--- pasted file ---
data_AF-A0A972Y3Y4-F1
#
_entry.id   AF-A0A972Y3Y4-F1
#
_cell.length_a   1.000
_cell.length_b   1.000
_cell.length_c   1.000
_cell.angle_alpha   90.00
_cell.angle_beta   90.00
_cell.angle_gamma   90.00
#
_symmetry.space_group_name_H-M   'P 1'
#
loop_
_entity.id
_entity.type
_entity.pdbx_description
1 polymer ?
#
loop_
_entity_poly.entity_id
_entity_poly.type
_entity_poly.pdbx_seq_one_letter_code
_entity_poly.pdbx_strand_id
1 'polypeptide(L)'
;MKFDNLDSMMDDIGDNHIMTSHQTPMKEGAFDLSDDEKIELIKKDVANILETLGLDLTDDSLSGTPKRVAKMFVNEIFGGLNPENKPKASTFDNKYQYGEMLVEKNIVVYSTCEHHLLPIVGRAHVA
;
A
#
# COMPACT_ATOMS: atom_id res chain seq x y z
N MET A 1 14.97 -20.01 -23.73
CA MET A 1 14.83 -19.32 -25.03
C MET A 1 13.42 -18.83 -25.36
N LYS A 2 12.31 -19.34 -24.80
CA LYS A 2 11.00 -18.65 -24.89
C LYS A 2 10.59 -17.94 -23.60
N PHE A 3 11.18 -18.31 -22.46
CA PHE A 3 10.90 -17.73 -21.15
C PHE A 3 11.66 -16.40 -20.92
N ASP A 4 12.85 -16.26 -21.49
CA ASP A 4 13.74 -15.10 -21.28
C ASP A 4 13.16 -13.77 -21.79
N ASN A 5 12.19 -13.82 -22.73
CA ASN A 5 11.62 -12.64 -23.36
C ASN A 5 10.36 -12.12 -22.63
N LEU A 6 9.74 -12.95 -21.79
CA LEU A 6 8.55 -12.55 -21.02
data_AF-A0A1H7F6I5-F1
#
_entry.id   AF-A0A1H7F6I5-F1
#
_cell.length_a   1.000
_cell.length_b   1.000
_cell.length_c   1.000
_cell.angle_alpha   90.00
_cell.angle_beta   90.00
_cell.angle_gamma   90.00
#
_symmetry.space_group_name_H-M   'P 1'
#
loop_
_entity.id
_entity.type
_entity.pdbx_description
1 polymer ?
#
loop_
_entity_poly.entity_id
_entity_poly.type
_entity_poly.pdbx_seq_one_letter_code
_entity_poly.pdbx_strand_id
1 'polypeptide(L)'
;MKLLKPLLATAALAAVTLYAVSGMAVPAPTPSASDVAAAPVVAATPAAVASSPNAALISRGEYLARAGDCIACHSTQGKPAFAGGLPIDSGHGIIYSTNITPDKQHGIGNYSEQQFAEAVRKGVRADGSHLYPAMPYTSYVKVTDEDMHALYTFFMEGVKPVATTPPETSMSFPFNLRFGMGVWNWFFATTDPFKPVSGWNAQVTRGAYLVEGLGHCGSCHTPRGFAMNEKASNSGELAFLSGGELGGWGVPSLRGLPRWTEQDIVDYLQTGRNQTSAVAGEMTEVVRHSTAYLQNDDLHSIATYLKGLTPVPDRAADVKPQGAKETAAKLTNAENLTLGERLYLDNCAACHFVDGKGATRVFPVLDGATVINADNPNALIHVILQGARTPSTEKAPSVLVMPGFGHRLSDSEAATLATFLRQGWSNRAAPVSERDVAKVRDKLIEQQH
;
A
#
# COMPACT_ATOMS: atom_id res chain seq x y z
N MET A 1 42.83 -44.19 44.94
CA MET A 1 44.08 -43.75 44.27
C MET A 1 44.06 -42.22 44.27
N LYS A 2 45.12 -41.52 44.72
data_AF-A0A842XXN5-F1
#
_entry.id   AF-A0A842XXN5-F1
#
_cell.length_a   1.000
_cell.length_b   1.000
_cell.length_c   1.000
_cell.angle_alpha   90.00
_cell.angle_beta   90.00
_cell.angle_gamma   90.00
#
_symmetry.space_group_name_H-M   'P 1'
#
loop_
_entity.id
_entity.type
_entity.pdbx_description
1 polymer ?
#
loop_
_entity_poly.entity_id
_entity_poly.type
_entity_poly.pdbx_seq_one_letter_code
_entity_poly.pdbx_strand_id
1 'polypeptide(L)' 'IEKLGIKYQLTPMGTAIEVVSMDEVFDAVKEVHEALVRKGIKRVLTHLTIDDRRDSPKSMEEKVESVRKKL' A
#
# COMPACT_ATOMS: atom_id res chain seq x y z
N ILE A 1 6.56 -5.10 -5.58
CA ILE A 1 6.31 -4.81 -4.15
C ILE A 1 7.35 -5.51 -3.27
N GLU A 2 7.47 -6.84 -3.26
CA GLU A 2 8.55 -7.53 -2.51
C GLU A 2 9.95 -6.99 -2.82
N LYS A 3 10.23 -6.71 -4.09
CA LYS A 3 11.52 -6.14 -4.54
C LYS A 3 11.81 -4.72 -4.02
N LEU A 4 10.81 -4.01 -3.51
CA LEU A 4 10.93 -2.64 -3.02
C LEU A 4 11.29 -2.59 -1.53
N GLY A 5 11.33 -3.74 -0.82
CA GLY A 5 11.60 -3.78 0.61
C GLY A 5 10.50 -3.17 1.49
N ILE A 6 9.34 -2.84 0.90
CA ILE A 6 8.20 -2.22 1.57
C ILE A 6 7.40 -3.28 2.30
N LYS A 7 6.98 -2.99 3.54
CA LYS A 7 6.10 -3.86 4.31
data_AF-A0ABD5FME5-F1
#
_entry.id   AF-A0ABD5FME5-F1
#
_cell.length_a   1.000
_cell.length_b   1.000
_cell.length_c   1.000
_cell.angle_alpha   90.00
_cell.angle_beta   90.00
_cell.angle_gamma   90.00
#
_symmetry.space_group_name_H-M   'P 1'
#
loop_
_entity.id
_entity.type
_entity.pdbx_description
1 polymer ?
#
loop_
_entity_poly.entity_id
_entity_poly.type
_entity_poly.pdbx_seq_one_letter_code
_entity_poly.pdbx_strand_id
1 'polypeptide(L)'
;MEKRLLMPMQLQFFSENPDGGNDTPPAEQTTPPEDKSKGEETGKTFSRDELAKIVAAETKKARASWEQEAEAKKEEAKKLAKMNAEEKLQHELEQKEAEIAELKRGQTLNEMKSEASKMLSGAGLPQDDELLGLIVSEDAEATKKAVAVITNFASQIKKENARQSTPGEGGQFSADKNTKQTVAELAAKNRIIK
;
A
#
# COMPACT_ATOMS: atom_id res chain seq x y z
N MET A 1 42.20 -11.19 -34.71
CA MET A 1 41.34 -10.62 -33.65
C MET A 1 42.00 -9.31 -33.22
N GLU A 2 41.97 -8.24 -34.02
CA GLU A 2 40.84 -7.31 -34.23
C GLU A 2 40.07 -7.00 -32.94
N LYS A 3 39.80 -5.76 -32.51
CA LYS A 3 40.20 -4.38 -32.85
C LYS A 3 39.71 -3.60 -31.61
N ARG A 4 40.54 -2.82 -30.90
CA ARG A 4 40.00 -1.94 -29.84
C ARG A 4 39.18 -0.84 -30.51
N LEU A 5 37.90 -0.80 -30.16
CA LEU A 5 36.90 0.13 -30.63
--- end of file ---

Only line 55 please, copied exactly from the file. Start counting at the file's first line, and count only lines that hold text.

_cell.angle_alpha   90.00